Keywords: thoroughbred; horse-racing; steeplechase; hurdles; risk; safety; animal-human relationships; media; public debate thoroughbred; horse-racing; steeplechase; hurdles; risk; safety; animal-human relationships; media; public debate

1. Introduction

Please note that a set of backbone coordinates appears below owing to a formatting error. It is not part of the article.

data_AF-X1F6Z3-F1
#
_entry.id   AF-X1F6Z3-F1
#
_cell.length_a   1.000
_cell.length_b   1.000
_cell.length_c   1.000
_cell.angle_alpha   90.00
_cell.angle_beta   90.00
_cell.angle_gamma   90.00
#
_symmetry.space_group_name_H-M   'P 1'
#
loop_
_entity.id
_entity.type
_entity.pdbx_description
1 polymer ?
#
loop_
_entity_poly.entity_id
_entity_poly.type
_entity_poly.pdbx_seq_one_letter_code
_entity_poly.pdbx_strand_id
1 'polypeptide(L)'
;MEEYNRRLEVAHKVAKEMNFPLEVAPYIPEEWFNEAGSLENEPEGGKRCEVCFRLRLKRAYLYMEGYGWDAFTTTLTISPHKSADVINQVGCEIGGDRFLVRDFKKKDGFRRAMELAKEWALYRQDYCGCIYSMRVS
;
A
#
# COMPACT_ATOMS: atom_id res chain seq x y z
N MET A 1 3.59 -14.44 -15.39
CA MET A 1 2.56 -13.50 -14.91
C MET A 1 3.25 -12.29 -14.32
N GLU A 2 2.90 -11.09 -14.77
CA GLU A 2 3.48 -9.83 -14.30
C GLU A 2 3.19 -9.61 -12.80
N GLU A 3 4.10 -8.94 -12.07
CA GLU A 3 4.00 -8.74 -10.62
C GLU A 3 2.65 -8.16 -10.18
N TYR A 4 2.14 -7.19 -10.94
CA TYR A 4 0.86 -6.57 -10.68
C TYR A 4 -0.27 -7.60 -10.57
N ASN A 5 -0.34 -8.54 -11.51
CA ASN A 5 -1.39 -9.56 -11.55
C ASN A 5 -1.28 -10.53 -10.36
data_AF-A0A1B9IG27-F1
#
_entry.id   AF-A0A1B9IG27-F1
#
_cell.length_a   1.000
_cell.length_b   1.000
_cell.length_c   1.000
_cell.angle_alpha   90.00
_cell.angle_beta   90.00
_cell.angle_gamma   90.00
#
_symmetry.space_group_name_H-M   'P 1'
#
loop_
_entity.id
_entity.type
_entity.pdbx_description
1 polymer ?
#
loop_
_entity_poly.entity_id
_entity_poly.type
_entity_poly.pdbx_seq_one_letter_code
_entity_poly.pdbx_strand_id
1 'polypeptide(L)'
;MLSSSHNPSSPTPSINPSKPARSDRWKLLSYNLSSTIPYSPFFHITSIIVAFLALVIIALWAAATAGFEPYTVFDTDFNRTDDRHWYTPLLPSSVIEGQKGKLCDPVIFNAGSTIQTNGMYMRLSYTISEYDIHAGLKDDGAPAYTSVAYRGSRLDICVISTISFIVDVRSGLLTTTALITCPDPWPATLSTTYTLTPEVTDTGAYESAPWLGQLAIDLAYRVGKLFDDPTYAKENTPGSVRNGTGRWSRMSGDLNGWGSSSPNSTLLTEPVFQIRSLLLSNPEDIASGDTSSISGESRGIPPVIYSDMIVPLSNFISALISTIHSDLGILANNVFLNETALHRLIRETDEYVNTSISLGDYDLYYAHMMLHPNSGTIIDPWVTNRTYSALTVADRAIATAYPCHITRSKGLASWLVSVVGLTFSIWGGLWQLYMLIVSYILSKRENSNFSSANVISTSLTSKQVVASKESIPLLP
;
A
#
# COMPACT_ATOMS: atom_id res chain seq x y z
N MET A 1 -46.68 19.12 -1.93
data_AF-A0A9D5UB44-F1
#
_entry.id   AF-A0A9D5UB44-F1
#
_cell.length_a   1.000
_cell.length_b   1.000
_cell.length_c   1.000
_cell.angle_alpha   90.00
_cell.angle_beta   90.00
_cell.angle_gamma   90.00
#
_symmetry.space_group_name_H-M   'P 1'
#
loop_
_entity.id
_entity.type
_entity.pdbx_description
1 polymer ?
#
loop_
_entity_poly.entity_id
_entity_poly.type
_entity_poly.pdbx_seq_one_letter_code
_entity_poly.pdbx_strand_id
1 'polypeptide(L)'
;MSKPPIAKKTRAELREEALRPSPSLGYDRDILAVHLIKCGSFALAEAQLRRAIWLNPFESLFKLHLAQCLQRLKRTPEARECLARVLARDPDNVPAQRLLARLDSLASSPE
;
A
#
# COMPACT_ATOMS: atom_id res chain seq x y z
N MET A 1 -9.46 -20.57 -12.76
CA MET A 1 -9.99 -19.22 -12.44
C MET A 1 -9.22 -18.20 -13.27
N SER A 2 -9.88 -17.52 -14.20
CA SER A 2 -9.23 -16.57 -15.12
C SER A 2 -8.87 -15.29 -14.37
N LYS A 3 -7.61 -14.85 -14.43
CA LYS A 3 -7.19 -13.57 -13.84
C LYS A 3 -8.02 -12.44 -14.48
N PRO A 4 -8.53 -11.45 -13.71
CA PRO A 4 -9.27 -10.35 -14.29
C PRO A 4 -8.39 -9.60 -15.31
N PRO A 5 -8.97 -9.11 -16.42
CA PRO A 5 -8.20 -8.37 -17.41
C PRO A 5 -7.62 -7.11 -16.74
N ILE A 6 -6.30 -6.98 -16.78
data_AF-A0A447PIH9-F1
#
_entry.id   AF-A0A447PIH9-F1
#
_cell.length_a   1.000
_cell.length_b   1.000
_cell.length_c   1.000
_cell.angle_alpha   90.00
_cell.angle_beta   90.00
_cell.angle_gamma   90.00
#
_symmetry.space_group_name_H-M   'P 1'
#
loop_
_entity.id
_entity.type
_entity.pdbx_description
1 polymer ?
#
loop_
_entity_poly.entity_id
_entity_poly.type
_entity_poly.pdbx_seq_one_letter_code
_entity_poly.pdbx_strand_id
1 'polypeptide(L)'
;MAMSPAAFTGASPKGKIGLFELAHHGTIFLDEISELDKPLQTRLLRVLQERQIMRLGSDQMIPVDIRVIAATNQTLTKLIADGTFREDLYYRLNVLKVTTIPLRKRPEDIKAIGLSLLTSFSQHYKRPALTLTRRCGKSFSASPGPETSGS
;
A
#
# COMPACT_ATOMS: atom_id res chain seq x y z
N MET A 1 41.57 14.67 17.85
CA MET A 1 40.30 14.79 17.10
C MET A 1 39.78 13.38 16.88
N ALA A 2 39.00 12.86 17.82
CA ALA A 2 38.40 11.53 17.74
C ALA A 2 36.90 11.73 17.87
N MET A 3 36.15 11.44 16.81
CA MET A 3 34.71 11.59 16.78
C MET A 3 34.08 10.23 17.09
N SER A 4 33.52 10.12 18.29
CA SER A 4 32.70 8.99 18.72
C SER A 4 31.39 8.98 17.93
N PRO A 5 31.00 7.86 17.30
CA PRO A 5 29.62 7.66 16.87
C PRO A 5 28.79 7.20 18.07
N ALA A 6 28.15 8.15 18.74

Thoroughbred jump racing sits in the spotlight of contemporary welfare and ethical debates about horse racing [1,2]. This activity encompasses hurdling, steeplechasing, point-to-point, and mountain racing and is controversial primarily because it involves higher risk of accident or fatality to both horse and rider compared with flat racing [3,4,5]. Debates about jump racing have been played out via mass media [6,7] and have relevance in ongoing cultural renegotiation of the meanings, norms, and governance of human-animal relationships in modern societies [8,9]. These debates fuse questions about defensible human-animal relations with those about the conduct of human entertainment, sport, and gambling [10]. In particular, falls and fatalities in jump racing are widely reported in the media and result in negative public opinion and criticism of racing and of the racing industry’s approach to equine welfare [2]. Arguably, public concern about horse welfare has contributed to the decline of jump racing in many parts of the world, although economic factors have also been significant [11,12]. Jump racing continues, however, in 18 countries across four continents [11]. While jump racing comprises only a small proportion of horse races and related gambling turnover and prize money, this activity has political, cultural, and economic importance in particular countries, regions and towns [2,11].